I am trying to formalize the Church-Rosser theorem for the untyped-lambda calculus. There are actually multiple such theorems, depending on whether one is considering only beta-reduction, or beta- and eta-reduction, or something more exotic. I would like my implementation to be parameterized so that I can reuse it across different reduction modalities.

I am following Selinger’s lecture notes, which explains the classic proof due to Tait and Martin-Löf. The step on page 35 is to implement the *maximal one-step parallel reduction* operation.

This operation can be explained as follows: if the term under examination is amenable to the reduction(s) being considered (eta, beta, both, …) then first recurse on the subterms, and then perform a reduction on the result. Otherwise, immediately recurse on the subterms.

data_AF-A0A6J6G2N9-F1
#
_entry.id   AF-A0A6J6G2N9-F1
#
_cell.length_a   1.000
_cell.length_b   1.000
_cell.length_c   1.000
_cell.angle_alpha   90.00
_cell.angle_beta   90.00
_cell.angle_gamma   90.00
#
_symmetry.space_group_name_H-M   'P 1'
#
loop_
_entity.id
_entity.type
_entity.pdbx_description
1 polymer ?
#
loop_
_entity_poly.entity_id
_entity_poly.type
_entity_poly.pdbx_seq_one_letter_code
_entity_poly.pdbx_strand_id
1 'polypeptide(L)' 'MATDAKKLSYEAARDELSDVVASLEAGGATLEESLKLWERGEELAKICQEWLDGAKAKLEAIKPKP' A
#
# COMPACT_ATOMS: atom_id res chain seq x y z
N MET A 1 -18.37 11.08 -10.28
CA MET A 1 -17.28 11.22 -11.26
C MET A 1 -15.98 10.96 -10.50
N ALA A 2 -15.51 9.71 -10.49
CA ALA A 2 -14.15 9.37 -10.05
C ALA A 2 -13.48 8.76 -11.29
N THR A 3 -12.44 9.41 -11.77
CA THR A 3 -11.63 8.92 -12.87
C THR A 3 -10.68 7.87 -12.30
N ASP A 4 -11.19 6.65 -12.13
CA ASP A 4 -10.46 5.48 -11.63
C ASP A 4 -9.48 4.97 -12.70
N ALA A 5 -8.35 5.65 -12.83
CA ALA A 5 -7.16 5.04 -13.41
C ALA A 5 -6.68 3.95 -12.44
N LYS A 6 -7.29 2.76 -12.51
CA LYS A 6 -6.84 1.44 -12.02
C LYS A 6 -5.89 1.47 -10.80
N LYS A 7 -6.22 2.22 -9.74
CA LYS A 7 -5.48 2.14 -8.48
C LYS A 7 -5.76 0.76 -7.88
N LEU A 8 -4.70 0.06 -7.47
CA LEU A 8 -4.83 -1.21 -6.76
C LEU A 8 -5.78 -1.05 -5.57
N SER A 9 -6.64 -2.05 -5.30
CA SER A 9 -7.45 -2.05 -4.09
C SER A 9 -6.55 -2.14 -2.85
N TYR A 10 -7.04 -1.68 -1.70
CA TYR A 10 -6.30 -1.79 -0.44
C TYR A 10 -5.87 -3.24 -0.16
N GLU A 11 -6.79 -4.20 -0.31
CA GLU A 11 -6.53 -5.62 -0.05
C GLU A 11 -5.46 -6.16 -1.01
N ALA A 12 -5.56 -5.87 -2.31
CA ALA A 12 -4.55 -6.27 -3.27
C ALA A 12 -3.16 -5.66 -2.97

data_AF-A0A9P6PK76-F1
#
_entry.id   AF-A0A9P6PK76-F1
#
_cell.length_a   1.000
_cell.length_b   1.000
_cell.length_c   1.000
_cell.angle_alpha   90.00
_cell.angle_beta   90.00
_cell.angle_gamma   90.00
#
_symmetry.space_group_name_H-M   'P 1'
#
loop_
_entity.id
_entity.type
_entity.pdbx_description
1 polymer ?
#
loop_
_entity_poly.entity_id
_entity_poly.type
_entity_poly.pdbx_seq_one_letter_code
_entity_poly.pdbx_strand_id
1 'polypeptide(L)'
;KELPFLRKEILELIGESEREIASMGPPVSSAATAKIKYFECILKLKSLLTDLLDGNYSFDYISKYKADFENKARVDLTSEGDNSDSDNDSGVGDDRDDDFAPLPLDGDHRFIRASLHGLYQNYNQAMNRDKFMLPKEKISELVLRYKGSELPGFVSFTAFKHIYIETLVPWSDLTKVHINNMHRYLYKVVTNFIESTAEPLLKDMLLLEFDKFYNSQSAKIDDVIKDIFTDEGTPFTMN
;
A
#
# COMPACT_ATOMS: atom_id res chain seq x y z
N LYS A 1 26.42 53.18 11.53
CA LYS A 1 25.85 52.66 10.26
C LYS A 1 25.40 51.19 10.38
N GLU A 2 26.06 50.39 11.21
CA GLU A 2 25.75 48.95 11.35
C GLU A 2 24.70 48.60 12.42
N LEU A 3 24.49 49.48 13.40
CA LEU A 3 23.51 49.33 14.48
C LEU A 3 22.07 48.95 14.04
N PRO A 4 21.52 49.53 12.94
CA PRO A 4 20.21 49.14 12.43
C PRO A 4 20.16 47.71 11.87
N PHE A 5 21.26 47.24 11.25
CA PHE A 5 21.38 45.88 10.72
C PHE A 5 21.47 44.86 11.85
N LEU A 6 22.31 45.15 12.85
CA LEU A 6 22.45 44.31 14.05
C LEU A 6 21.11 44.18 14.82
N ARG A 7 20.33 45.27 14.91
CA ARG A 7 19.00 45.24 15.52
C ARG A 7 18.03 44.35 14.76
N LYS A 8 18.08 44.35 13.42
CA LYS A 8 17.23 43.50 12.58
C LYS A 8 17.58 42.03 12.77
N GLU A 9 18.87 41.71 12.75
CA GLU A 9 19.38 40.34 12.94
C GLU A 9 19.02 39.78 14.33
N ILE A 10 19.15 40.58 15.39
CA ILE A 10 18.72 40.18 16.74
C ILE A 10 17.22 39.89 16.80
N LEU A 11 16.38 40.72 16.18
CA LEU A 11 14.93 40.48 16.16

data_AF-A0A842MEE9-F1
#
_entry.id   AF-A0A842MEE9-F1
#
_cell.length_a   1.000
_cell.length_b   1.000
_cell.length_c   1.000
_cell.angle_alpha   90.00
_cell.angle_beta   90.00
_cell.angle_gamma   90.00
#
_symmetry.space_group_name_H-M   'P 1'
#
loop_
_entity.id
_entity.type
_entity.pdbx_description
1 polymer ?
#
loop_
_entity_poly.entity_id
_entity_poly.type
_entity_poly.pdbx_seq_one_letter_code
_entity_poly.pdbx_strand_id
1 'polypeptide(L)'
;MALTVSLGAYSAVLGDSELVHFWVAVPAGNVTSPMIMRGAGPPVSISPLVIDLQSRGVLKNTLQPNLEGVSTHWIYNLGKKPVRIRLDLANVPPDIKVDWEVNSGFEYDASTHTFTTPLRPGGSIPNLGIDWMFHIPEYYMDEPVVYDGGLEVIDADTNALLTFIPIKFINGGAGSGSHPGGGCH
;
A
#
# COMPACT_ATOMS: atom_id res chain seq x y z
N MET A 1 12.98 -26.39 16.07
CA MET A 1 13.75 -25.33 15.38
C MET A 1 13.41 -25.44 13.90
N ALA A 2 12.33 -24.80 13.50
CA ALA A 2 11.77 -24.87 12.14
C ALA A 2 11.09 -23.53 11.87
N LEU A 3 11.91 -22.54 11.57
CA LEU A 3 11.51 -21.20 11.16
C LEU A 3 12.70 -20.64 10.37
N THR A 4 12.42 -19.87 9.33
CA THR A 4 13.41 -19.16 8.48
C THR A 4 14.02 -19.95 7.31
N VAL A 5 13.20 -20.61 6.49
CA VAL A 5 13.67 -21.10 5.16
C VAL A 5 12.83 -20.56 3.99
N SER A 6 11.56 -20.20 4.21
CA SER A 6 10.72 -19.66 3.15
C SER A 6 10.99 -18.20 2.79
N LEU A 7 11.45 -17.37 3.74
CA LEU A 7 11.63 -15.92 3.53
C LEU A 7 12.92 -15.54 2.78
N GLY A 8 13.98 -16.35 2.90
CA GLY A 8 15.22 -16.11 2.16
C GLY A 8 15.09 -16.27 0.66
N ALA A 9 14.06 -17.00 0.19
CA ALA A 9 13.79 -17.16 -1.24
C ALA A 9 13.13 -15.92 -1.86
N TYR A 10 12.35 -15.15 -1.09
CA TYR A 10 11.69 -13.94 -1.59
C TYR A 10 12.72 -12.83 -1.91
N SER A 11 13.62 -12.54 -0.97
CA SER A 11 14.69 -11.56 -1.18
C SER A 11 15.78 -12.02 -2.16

Implementing this in such a way that the reduction is pluggable requires passing a callback to the reduction function. Here is a sketch implementation for beta reduction:

```
(* Perform beta reduction, and call the continuation on the resulting subterms.*)
Definition subst (cont: Term -> Term) (t: Term): option Term :=
match t with
| (\t1) $$ t2 => Some(subst (cont t1) (cont t2))
| _ => None
end.
Section reduction.
Hypothesis op: (Term -> Term) -> Term -> option Term.
Definition maximal_parallel_reduction: Term -> Term :=
fix f (t: Term) :=
match op f t with
| Some t' => t'
| None =>
match t with
| Var n => Var n
| t1 $$ t2 => (f t1) $$ (f t2)
| \t' => \(f t')
end
end.
End reduction.
```

Now Coq’s checks for well-founded recursion don’t agree with the call `op f t`

. I’ve never had to deal with non-trivial recursion in Coq. Is my best guess to work with `well_founded`

?